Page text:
R v Saracino (1989), 47 CCC (3d) 185 (Ont.H.C.J.), 1989 CanLII 7197 (ON SC), per Doherty J
  2. R v St-Cloud, 2015 SCC 27 (CanLII), per Wagner J, at paras 91, 92
  3. St-Cloud, ibid., at para 121
  4. St-Cloud, ibid., at paras 130 to 138
  5. St-Cloud, ibid., at para 138
  6. St-Cloud, ibid., at paras 128, 129
  7. R v Whyte, 2014 ONCA 268 (CanLII), per Tulloch JA, at para 26

Court of Appeal Bail Review

An accused can seek a review of the court's decision on bail under s. 680

Review by court of appeal

680 (1) A decision made by a judge under section 522 or subsection 524(4) or (5) or a decision made by a judge of the court of appeal under section 320.25 or 679 may, on the direction of the chief justice or acting chief justice of the court of appeal, be reviewed by that court and that court may, if it does not confirm the decision,

(a) vary the decision; or
(b) substitute such other decision as, in its opinion, should have been made.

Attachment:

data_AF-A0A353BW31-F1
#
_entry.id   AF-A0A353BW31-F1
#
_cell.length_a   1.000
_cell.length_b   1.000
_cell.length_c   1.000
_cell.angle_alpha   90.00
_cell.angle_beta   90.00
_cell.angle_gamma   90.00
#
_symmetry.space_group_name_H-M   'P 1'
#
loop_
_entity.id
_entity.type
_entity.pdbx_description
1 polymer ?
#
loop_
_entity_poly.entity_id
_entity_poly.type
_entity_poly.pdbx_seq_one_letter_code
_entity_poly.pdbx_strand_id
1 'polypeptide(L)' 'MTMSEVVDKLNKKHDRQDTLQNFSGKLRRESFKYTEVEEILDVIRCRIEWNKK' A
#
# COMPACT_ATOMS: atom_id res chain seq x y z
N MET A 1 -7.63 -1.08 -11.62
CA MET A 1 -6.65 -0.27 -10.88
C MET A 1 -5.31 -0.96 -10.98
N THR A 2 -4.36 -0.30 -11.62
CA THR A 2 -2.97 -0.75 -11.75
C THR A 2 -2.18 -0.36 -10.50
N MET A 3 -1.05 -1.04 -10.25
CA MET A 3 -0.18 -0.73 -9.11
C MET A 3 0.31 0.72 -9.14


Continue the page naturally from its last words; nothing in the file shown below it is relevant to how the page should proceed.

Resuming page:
Single judge acting

(2) On consent of the parties, the powers of the court of appeal under subsection (1) may be exercised by a judge of that court.

Enforcement of decision

(3) A decision as varied or substituted under this section shall have effect and may be enforced in all respects as though it were the decision originally made.
R.S., 1985, c. C-46, s. 680; R.S., 1985, c. 27 (1st Supp.), s. 142; 1994, c. 44, s. 68; 2018, c. 21, s. 22.


CCC

The test for leave to review bail requires that:[1]

  1. there is a reasonable prospect of success on review; or
  2. the court, applying the law, could possibly conclude that the application for release should have been allowed (if bail was denied).

This is a low standard.[2]

This section authorizes the court of appeal to review change in circumstances however where there is no question of error of lower courts, it is best returned to the court of first instance for review.[3]

  1. R v Uppal, 2003 BCCA 571 (CanLII), per Finch CJ, at para 17
  2. Uppal, ibid., at para 17
  3. R v Kuol, 2013 ABCA 380 (CanLII), per curiam

Bail Review Where Trial is Delayed